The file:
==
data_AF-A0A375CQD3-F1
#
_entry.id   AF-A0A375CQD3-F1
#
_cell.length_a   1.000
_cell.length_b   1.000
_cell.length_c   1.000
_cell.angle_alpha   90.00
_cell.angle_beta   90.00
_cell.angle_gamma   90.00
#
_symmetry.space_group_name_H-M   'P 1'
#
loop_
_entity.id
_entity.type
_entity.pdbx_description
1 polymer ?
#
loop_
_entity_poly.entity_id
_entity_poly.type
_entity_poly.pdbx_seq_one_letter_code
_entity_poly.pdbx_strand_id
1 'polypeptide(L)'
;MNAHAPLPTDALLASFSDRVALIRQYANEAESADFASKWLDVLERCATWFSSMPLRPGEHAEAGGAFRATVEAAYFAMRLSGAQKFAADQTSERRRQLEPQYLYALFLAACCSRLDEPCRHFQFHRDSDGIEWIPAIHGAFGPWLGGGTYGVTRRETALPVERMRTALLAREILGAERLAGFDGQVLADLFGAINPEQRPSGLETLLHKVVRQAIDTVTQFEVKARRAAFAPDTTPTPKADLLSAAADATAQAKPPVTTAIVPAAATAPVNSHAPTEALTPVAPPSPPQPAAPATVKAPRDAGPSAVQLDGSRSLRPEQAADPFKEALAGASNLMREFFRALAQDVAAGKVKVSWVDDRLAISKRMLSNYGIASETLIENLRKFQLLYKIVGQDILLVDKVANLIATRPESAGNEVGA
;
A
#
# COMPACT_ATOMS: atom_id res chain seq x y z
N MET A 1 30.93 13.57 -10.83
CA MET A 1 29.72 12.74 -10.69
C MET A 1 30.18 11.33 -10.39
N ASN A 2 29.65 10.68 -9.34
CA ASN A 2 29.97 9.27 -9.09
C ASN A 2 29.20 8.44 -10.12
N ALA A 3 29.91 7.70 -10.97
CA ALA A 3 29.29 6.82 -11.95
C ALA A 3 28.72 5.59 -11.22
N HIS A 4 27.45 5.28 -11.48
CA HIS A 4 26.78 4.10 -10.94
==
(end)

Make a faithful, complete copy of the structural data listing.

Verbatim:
data_AF-A0A375CQD3-F1
#
_entry.id   AF-A0A375CQD3-F1
#
_cell.length_a   1.000
_cell.length_b   1.000
_cell.length_c   1.000
_cell.angle_alpha   90.00
_cell.angle_beta   90.00
_cell.angle_gamma   90.00
#
_symmetry.space_group_name_H-M   'P 1'
#
loop_
_entity.id
_entity.type
_entity.pdbx_description
1 polymer ?
#
loop_
_entity_poly.entity_id
_entity_poly.type
_entity_poly.pdbx_seq_one_letter_code
_entity_poly.pdbx_strand_id
1 'polypeptide(L)'
;MNAHAPLPTDALLASFSDRVALIRQYANEAESADFASKWLDVLERCATWFSSMPLRPGEHAEAGGAFRATVEAAYFAMRLSGAQKFAADQTSERRRQLEPQYLYALFLAACCSRLDEPCRHFQFHRDSDGIEWIPAIHGAFGPWLGGGTYGVTRRETALPVERMRTALLAREILGAERLAGFDGQVLADLFGAINPEQRPSGLETLLHKVVRQAIDTVTQFEVKARRAAFAPDTTPTPKADLLSAAADATAQAKPPVTTAIVPAAATAPVNSHAPTEALTPVAPPSPPQPAAPATVKAPRDAGPSAVQLDGSRSLRPEQAADPFKEALAGASNLMREFFRALAQDVAAGKVKVSWVDDRLAISKRMLSNYGIASETLIENLRKFQLLYKIVGQDILLVDKVANLIATRPESAGNEVGA
;
A
#
# COMPACT_ATOMS: atom_id res chain seq x y z
N MET A 1 30.93 13.57 -10.83
CA MET A 1 29.72 12.74 -10.69
C MET A 1 30.18 11.33 -10.39
N ASN A 2 29.65 10.68 -9.34
CA ASN A 2 29.97 9.27 -9.09
C ASN A 2 29.20 8.44 -10.12
N ALA A 3 29.91 7.70 -10.97
CA ALA A 3 29.29 6.82 -11.95
C ALA A 3 28.72 5.59 -11.22
N HIS A 4 27.45 5.28 -11.48
CA HIS A 4 26.78 4.10 -10.94